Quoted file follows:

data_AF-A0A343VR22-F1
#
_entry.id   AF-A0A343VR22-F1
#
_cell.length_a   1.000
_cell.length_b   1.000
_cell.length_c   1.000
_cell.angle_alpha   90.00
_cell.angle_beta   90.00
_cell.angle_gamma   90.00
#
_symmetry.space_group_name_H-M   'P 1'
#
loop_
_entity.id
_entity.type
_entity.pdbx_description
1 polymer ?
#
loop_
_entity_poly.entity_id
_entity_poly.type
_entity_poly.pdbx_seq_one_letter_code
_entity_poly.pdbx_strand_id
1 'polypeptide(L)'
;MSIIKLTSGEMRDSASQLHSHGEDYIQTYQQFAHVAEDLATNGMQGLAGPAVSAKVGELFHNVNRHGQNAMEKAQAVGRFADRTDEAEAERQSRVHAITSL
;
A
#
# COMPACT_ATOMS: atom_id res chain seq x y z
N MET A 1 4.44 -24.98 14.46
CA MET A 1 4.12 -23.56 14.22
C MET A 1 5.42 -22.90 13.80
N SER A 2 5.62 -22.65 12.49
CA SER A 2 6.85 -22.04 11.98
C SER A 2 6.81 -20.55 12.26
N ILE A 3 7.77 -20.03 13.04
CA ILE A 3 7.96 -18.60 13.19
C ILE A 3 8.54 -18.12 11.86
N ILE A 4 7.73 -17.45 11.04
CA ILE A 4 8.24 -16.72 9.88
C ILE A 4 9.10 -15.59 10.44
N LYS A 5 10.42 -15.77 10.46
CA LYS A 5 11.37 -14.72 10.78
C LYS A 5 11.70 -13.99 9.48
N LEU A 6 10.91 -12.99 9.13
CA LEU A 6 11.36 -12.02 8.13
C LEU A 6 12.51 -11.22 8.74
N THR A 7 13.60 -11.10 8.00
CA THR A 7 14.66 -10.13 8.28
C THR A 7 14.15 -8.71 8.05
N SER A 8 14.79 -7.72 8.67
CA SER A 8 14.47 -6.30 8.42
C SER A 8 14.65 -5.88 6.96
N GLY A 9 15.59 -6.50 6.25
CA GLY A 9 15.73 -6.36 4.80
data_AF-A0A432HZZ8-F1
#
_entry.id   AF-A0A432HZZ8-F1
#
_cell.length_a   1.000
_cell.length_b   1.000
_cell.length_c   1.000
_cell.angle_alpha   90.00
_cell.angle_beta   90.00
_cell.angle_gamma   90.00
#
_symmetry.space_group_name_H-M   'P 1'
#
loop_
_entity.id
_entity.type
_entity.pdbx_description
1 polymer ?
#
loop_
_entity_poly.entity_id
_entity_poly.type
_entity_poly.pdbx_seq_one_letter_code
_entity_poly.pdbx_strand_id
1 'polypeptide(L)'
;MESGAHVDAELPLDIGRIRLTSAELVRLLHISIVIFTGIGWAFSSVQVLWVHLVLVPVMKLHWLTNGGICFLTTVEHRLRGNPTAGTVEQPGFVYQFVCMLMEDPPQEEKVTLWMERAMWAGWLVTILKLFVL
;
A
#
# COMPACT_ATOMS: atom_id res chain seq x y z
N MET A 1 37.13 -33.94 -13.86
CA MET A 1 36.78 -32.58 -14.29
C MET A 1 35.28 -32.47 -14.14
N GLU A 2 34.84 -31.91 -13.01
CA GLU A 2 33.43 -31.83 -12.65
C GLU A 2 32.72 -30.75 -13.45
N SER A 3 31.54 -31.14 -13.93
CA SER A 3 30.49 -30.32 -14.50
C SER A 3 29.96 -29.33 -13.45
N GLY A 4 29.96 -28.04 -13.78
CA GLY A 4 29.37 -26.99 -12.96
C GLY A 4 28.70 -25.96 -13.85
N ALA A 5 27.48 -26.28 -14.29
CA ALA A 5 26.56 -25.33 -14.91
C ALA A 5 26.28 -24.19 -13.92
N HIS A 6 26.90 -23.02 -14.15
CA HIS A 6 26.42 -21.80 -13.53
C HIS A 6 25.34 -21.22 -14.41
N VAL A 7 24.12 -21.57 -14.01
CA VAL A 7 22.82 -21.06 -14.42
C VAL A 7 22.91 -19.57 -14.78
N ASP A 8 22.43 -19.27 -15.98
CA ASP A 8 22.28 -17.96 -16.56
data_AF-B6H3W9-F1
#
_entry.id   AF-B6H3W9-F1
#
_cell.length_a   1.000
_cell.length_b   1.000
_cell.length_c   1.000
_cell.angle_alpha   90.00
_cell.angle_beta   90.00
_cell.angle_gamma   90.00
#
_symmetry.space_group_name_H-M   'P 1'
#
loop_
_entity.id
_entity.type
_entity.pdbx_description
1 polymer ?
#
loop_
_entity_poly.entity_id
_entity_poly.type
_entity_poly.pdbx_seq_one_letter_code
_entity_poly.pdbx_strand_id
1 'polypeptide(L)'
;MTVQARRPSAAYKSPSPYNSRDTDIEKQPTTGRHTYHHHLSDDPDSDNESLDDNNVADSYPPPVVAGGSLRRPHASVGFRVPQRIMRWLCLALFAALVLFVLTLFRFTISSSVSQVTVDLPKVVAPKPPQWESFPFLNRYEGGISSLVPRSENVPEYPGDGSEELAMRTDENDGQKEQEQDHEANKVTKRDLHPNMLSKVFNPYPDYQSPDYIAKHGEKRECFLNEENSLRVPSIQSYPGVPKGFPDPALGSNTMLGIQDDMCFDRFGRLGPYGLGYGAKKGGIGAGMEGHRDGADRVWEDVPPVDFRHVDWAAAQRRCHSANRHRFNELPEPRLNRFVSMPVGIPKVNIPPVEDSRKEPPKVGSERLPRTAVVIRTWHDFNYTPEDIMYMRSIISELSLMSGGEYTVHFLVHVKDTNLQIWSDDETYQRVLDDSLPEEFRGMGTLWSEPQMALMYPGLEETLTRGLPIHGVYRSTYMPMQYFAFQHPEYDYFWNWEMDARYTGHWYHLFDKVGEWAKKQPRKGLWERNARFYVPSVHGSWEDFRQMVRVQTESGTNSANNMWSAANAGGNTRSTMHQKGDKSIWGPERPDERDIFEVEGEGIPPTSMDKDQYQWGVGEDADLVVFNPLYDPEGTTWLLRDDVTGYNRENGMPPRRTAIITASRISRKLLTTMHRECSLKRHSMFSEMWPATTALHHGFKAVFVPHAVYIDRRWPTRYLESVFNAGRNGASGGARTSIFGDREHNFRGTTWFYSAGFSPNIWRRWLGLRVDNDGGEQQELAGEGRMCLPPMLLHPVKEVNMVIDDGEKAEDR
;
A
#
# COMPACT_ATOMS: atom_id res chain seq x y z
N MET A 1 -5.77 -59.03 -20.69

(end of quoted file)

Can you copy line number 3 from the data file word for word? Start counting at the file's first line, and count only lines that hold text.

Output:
_entry.id   AF-A0A343VR22-F1